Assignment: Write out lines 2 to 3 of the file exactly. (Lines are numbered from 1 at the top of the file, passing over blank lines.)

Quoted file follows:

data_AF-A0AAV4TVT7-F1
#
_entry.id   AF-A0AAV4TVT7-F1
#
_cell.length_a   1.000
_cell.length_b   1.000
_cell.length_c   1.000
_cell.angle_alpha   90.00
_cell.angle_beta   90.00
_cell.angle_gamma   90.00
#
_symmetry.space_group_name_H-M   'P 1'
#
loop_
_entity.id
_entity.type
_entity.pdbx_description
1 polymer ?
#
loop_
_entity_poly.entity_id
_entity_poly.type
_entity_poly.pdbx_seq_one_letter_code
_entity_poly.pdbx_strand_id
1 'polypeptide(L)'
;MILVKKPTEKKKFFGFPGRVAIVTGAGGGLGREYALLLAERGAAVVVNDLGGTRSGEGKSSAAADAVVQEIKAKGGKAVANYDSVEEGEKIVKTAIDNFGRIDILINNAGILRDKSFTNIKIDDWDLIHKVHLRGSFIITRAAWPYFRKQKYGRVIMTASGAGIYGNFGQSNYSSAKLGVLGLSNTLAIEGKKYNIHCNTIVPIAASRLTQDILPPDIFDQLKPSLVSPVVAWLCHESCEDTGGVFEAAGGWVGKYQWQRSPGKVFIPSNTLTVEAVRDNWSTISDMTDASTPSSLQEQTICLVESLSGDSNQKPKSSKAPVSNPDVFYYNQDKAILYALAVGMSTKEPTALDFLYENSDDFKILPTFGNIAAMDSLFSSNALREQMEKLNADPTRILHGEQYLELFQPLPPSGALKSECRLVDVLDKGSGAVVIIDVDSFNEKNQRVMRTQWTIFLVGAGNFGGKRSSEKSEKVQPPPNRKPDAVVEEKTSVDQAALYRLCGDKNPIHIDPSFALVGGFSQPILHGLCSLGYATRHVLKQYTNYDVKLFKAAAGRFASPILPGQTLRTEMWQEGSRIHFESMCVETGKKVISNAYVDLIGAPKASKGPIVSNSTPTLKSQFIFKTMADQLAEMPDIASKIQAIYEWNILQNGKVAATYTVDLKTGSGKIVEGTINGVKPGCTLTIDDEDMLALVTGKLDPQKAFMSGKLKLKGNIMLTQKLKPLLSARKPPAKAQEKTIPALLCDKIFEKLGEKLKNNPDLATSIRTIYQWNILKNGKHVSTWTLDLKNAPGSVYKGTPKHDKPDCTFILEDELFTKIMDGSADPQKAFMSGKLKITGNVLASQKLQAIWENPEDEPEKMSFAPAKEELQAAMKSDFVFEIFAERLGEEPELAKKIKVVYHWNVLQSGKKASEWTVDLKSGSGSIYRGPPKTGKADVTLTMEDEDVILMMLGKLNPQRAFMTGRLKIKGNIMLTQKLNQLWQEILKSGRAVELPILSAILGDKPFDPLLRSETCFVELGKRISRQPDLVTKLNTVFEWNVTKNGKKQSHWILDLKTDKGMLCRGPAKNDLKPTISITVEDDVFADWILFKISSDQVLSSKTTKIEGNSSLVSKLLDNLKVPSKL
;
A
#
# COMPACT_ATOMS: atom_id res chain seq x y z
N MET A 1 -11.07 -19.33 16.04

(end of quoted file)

#
_entry.id   AF-A0AAV4TVT7-F1